called to a new mode of life; that I am not speaking of. I am not speaking of cases when persons change their condition, their place in society, their pursuit, and the like; I am supposing them to remain pretty much the same as before in outward circumstances; but I say that many a man is conscious to himself of having undergone inwardly great changes of view as to what truth is and what happiness. Nor, again, am I speaking of changes so great, that a man reverses his former opinions and conduct. He may be able to see that there is a connexion between the two; that his former has led to his latter; and yet he may feel that after all they differ in kind; that he has got into a new world of thought, and measures things and persons by a different rule. Nothing, indeed, is more wonderful and strange than the different views which different persons take of the same subject. Take any single fact, event, or existing thing which meets us in the world; what various remarks will be made on it by different persons! For instance, consider the different lights in which any single action, of a striking nature, is viewed by different persons; or consider the view of wealth or a wealthy man, taken by this or that class in the community; what different feelings does it excite -envy, or respect, or ridicule, or angry opposition, or indifference, or fear, and compassion; here are states of mind in which different parties may regard it. These are broad differences ; others are quite as real, though more subtle. Religion, for instance, may be reverenced by the soldier, the man of literature, the trader, the statesman, and the theologian ; yet how very distinct their modes of reverencing it, and how separate the standard which each sets up in his mind! Well, all these various modes of viewing things cannot one and all be the best mode, even were they all good modes; but this even is not the case. Some are contrary to others; some are bad. But even of those that are on the whole good, some are but in part good, some are imperfect, some have much bad mixed with them; and only one is best. Only one is the truth and the perfect truth; and which that is, none know but those who are in possession of it, if they. But God knows which it is; and towards that one and only Truth He is leading us forward. He is leading forward His redeemed; He is training His elect, one and all, to the one perfect knowledge and obedience of Christ; not, however, without their co-operation, but by means of calls which they are to obey, and which if they do not obey, they lose place, and fall behind in their heavenly course.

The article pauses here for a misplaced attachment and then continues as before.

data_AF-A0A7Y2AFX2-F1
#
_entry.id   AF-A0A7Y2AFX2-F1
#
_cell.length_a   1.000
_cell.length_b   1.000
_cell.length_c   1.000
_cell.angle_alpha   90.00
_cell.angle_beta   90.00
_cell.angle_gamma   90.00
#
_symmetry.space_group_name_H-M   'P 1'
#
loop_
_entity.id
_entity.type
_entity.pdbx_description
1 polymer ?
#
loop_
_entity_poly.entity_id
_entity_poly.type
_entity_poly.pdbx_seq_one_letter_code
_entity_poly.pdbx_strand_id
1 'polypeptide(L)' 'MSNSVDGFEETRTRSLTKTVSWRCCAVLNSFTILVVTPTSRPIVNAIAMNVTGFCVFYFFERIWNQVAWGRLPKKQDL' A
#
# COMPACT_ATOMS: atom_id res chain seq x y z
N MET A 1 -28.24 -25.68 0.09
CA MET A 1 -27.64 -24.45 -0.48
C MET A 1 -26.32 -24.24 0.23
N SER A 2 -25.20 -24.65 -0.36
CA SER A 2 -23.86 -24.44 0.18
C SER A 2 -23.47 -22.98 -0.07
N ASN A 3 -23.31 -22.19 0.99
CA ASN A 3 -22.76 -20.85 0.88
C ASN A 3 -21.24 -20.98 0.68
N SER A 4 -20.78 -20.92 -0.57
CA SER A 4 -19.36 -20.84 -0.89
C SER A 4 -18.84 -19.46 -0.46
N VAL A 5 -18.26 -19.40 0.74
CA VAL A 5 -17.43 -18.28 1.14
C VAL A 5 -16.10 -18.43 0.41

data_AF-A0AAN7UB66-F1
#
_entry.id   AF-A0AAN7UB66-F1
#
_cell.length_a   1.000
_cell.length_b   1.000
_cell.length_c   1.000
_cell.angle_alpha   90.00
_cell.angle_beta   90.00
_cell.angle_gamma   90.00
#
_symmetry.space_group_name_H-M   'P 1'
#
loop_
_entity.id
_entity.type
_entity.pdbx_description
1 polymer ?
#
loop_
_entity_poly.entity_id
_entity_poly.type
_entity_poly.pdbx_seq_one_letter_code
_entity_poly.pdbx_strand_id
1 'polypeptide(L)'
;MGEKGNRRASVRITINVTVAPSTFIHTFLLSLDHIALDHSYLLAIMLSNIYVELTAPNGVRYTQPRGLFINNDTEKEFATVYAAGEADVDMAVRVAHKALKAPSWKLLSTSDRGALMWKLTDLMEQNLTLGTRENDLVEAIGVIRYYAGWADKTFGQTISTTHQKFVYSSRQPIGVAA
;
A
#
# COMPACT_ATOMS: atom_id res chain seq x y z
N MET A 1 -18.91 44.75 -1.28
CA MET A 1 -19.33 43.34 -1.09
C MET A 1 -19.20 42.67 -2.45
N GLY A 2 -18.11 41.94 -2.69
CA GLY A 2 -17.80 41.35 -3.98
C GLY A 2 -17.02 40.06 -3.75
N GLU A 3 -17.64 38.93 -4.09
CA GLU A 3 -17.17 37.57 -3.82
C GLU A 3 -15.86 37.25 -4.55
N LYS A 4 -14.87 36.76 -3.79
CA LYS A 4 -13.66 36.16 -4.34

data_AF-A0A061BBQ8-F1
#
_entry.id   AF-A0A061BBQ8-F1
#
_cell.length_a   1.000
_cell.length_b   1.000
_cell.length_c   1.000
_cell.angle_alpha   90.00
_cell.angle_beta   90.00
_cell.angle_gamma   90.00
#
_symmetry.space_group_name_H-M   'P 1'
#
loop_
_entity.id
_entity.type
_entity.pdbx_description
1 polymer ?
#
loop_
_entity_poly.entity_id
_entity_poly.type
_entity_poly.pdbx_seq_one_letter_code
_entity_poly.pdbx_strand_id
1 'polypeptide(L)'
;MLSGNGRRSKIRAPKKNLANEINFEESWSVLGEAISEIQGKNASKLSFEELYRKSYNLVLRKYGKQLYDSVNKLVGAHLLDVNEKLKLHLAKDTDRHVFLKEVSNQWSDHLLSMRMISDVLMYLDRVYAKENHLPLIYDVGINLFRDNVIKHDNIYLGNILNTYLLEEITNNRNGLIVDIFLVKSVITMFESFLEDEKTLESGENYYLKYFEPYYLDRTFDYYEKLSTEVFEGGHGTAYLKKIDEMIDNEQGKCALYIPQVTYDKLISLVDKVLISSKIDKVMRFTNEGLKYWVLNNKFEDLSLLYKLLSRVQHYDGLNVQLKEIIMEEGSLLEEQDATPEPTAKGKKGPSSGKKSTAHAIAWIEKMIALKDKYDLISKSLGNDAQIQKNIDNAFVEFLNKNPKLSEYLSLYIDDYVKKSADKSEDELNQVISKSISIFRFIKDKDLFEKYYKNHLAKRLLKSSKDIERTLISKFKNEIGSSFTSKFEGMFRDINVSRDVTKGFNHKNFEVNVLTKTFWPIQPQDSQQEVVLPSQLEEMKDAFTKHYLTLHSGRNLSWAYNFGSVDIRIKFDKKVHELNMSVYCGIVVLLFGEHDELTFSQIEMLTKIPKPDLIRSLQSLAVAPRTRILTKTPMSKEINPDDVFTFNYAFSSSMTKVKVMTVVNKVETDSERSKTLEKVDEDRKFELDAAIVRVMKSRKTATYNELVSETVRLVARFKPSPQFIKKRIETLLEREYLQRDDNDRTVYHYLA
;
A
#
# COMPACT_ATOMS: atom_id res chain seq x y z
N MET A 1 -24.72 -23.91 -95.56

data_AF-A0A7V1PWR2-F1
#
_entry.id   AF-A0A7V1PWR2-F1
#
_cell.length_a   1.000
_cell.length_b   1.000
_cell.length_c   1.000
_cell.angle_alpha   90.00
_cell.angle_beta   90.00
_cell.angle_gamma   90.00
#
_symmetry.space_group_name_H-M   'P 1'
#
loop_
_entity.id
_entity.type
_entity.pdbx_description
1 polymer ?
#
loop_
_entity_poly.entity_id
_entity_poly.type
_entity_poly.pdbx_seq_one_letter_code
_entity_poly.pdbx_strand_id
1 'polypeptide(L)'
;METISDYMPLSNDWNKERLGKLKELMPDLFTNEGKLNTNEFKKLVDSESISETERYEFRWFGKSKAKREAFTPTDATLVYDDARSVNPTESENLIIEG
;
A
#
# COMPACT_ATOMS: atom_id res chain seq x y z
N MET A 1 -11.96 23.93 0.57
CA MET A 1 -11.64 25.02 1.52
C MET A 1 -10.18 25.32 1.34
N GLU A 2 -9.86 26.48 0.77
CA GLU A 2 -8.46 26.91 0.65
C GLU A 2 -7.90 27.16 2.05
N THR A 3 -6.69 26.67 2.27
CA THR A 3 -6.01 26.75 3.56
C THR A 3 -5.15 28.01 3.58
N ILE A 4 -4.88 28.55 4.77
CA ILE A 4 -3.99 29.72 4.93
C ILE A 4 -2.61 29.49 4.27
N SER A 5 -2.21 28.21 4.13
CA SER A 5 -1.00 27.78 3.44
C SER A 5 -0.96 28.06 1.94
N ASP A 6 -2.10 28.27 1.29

even